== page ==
Baltimore’s Key Bridge Collapses Following Container Ship Collision

Baltimore’s Key Bridge Collapses Following Container Ship Collision

On March 26, at 01:27 a.m. EDT (05:27 a.m. UTC), the Baltimore Francis Scott Key Bridge collapsed. The Singapore-flagged container ship Dali crashed with one of the bridge’s pillars, resulting in the structure’s devastating collapse. At the time, there were workers on the bridge, and the Baltimore City Fire Department reported that at least seven automobiles had fallen into the water. At the time of writing, the number of casualties was unclear.

The bridge, named after the author of The Star Spangled Banner, joined the two banks of the Patapsco River and was the world’s third-longest continuous truss bridge, spanning 366 meters (1,200 feet). Continuous truss bridges have been popular since the nineteenth century, and, like all bridge designs, they have advantages and disadvantages.

Unlike cantilever bridges, which require a structure protruding horizontally from robust supports, a truss bridge is built of a superstructure of trusses, which are often triangular sections that allow the distribution and dispersal of the tension, compression, and stresses that a bridge would face. In the case of a continuous truss bridge, the truss superstructure extends without hinges across three or more supports.

Baltimore’s Key Bridge Collapses Following Container Ship Collision

In this scenario, the support was destroyed when it was hit by a fast-moving object. Without the support, the entire structure became unstable; the superstructure could no longer support the weight of the bridge.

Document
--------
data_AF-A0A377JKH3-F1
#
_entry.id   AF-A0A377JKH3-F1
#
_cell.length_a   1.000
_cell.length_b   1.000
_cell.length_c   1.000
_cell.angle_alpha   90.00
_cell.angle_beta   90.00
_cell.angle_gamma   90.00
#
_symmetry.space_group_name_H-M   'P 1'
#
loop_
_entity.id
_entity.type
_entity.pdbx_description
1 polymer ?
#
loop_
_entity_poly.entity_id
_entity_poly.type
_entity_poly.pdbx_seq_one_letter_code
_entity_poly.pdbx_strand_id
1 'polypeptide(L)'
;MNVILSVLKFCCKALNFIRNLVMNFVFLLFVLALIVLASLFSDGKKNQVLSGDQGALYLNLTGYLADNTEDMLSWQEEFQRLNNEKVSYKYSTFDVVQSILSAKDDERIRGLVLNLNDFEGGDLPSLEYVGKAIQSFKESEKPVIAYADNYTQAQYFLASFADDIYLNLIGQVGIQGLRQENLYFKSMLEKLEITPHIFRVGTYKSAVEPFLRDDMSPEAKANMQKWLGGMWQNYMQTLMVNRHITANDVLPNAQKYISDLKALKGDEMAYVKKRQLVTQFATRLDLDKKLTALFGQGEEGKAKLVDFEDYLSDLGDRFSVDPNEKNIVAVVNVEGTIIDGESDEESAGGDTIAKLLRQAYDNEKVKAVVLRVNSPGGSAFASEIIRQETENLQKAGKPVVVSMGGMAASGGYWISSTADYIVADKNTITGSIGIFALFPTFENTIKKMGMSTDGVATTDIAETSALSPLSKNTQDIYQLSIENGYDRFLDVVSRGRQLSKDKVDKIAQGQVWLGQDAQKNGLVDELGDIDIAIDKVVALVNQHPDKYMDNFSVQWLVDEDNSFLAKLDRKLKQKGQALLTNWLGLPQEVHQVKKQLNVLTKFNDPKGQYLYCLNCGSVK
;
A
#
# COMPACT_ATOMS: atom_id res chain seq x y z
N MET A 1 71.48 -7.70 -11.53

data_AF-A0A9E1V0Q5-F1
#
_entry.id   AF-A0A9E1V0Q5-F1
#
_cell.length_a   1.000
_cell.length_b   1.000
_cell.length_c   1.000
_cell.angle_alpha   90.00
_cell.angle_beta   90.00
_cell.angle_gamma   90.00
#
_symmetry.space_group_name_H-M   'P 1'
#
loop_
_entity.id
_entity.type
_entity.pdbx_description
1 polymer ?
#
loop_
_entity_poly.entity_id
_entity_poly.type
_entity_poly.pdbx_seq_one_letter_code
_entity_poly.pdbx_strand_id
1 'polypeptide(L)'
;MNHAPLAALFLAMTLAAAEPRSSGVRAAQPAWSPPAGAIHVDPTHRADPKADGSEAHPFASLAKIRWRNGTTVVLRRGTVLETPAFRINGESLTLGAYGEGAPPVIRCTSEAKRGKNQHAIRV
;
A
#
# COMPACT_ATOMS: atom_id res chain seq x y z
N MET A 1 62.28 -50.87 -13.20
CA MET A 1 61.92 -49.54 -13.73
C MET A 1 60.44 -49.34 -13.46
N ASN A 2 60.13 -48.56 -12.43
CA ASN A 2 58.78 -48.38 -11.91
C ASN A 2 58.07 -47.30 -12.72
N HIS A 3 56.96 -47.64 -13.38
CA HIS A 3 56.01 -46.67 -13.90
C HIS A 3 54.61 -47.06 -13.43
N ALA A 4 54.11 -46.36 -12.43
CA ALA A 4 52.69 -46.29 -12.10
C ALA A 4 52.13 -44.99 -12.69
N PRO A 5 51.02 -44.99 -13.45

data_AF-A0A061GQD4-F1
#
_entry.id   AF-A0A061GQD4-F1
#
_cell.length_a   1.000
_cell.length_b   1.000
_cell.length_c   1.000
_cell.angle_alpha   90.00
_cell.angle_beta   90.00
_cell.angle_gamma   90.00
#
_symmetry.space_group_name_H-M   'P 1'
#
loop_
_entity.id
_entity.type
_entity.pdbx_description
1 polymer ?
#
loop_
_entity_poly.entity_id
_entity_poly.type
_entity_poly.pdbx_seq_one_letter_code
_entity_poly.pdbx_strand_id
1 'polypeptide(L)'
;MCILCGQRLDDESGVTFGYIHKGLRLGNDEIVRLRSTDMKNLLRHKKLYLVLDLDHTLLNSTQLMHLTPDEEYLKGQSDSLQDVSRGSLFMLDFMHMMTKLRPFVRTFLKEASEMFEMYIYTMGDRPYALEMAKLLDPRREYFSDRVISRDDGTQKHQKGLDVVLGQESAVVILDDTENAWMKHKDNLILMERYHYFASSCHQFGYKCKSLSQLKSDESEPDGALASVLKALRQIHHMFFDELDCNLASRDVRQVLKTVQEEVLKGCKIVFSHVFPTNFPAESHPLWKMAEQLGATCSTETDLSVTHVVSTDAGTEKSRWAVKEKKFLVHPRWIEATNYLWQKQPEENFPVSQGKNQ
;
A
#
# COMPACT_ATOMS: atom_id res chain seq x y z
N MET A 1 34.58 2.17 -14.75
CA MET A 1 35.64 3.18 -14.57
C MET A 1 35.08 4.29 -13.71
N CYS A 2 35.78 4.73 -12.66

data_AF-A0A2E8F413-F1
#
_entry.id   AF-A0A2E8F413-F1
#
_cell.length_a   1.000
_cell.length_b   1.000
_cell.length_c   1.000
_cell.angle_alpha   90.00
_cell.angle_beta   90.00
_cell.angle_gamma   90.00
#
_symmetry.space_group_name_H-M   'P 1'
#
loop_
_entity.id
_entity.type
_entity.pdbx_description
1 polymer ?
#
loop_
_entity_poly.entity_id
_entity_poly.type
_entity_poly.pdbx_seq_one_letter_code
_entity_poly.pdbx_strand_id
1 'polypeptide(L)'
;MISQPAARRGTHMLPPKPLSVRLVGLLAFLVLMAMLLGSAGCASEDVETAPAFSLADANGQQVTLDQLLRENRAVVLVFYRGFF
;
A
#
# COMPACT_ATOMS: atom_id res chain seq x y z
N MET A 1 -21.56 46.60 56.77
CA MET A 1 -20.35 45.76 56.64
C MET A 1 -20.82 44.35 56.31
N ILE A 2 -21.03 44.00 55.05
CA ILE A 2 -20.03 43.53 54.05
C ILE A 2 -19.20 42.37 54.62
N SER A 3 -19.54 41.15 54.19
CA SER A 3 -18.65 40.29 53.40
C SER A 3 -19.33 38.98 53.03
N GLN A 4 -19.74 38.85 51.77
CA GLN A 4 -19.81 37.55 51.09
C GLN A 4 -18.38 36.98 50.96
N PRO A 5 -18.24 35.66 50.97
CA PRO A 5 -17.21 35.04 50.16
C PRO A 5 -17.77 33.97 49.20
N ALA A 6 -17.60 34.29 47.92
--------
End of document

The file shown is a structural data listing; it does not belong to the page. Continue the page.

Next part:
“The support is a very, relatively, flimsy structure when you look at it, it’s a kind of trestle structure with individual legs,” Ian Firth, a structural engineer and bridge designer, told BBC News. “So, the bridge has collapsed simply as a result of this very large impact force.”

Continuous truss bridges are known to be statically indeterminate in structural mechanics, which implies that knowing all of the forces and moments operating on the bridge in equilibrium is insufficient to estimate the structure’s internal forces and responses. Computers have helped to increase the popularity of these bridges since they can better calculate the stresses in the structure.

“This is similar to the Sunshine Skyway disaster in 1980,” Northwestern University Professor Joseph Schofer stated in an emailed statement. “The Baltimore Key Bridge is susceptible due to its design. It is a poorly protected support pylon on the cantilever arch bridge that spans Baltimore Harbor, the country’s 15th busiest container port. Its collapse resulted in the destruction of a critical bridge for moving hazardous vehicles along the I-95 corridor. Tunnels are another option for crossing Baltimore Harbor, however hazmat trucks are not allowed. The bridge requires a complete rebuild, which will be a lengthy and costly project.”